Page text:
Last edited by clodhopper; 01-27-2017 at 11:30 AM.
    To lazy to chase arrows.
    Clodhopper

  12. #12
    Boolit Master



    Join Date
    Oct 2008
    Location
    LEESBURG VA
    Posts
    682
    I think I've narrowed it it speed and chip removal. I'm trying again later with a new drill.
    Bill

  13. #13
    Boolit Master
    Join Date
    Nov 2010
    Location
    Nevada
    Posts
    204
    Quote Originally Posted by Jeff Michel View Post
    Usually you have to run small drill bits pretty fast, clearing chips



    often and use a good lube. I have found, generally speaking cheaper drills are usually pretty dull and ground improperly right out of the package. All Chinese drills need sharpened before using and then their kinda "ok" for not too demanding tasks. It is dang near impossible to sharpen real small bits in the home shop environment so I have an assortment of higher quality drill bits and center drills that are used frequently and save the marginal/Chinese for projects that require me to enlarge existing holes.
    Also if you are using steel its much better to go with a 135 degree point than your 118 degree and use cobalt drills

  14. #14
    Boolit Master lead chucker's Avatar
    Join Date
    Jan 2010
    Location
    Alaska
    Posts
    641
    Cobalt drill bits work good. I have a set and really like them. They don't give them away that's for sure. Center drilling I have found is a must.
    Dont pee down my back and tell me its raining.

  15. #15
    Boolit Master
    smokeywolf's Avatar
    Join Date
    Jan 2011
    Location
    Too far west of where I should be.
    Posts
    3,252
    HS-Cobalt drills, 135 degree split point.
    TiN or TiAlN coatings, usually a little pricey for the home shop machinist are helpful in resisting abrasion, heat buildup and chip welding.

    If your going to be doing more than occasional deep hole drilling you might want to consider getting an air compressor and a coolant mister. Not as good as a coolant-thru drill, but will reduce greatly the peck-drilling.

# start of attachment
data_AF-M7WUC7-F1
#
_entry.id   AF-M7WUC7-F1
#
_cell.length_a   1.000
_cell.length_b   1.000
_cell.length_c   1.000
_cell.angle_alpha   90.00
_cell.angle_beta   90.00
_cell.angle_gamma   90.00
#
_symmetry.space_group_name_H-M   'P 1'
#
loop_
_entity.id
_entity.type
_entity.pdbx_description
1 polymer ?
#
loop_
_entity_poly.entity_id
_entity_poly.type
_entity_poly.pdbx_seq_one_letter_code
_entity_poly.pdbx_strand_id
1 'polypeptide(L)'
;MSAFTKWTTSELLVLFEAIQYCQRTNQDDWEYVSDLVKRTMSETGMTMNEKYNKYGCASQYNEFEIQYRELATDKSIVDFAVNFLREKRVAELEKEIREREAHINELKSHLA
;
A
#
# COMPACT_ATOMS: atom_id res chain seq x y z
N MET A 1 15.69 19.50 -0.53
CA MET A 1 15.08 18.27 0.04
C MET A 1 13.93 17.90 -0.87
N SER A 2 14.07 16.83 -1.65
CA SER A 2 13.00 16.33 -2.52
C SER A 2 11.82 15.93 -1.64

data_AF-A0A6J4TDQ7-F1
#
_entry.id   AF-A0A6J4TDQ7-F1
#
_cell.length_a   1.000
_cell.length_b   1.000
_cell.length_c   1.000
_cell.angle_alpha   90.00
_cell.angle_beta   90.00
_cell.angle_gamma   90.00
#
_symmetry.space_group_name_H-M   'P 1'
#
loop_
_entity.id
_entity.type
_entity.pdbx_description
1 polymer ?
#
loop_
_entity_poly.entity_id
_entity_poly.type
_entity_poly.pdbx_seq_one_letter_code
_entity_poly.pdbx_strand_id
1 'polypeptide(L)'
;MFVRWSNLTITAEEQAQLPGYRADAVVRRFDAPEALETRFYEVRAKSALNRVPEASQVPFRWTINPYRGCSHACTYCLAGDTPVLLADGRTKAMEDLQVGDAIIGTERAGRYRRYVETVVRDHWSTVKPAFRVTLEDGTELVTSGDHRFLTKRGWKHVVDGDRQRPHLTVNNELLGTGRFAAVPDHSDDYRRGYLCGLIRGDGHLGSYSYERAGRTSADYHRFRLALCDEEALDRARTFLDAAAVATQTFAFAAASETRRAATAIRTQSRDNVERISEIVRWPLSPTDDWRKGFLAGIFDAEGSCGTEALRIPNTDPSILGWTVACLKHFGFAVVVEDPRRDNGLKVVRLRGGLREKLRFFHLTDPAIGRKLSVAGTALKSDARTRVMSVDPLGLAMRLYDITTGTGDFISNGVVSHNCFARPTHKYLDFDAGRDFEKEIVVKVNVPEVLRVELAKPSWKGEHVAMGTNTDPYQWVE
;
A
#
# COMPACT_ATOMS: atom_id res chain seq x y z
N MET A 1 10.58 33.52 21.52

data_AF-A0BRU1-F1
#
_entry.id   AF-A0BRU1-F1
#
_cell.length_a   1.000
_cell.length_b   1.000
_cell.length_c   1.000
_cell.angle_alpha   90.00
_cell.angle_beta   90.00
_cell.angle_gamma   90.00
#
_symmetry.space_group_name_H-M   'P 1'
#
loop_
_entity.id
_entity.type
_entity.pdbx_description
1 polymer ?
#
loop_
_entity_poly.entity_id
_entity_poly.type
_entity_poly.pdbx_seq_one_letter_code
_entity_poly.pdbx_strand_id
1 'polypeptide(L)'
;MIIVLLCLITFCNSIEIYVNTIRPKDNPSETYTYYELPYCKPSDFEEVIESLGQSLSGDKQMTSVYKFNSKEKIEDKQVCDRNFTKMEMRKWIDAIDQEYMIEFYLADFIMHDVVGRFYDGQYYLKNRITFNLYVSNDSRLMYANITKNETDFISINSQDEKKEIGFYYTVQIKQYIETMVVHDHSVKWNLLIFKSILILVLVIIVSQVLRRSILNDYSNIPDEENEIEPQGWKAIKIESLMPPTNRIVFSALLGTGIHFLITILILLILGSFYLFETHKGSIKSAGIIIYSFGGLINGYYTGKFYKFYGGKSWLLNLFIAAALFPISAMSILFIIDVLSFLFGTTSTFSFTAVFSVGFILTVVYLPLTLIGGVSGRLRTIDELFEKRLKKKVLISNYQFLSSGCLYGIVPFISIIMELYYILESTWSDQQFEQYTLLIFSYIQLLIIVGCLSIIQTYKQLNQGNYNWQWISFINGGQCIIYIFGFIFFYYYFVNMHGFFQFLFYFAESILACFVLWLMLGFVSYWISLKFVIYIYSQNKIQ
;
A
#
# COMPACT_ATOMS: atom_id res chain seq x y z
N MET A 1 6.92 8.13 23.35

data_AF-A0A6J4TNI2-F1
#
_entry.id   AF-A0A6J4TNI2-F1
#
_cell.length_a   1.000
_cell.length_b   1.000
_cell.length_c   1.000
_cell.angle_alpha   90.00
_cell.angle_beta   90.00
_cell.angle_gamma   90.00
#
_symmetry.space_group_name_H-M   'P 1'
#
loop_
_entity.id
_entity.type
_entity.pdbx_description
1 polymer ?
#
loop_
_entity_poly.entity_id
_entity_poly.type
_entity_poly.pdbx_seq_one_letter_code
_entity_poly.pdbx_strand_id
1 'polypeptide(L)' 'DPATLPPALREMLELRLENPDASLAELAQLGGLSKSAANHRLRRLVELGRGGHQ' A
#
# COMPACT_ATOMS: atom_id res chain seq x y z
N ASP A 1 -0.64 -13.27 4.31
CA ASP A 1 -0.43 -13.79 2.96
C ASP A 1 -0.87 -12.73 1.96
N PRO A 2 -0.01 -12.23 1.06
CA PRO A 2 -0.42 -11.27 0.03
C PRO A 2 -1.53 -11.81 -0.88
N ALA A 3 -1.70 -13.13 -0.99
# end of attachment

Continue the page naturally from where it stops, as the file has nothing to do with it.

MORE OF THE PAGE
I avoid VA, Hanson, Greenfield and all China made cutters. Greenfield used to be real good, but back in the 1990s they started buying off-shore HS and HS-Cobalt and just doing the grinding here. They don't hold an edge for karp.

    For drills I stick with Union, Chicago Latrobe, Cleveland, Precision Twist Drill (PTD), Guhring and one or two others.
    A well regulated militia, being necessary to the security of a free State, the right of the People to keep and bear arms *shall not be infringed*.

    "The greatest danger to American freedom is a government that ignores the Constitution."
    - Thomas Jefferson

    "While the people have property, arms in their hands, and only a spark of noble spirit, the most corrupt Congress must be mad to form any project of tyranny."
    - Rev. Nicholas Collin, Fayetteville Gazette (N.C.), October 12, 1789

  16. #16
    Boolit Master



    M-Tecs's Avatar
    Join Date
    Apr 2008
    Location
    Minnesota
    Posts
    4,646
    Quote Originally Posted by smokeywolf View Post
    I avoid VA, Hanson, Greenfield and all China made cutters. Greenfield used to be real good, but back in the 1990s they started buying off-shore HS and HS-Cobalt and just doing the grinding here. They don't hold an edge for karp.

    For drills I stick with Union, Chicago Latrobe, Cleveland, Precision Twist Drill (PTD), Guhring and one or two others.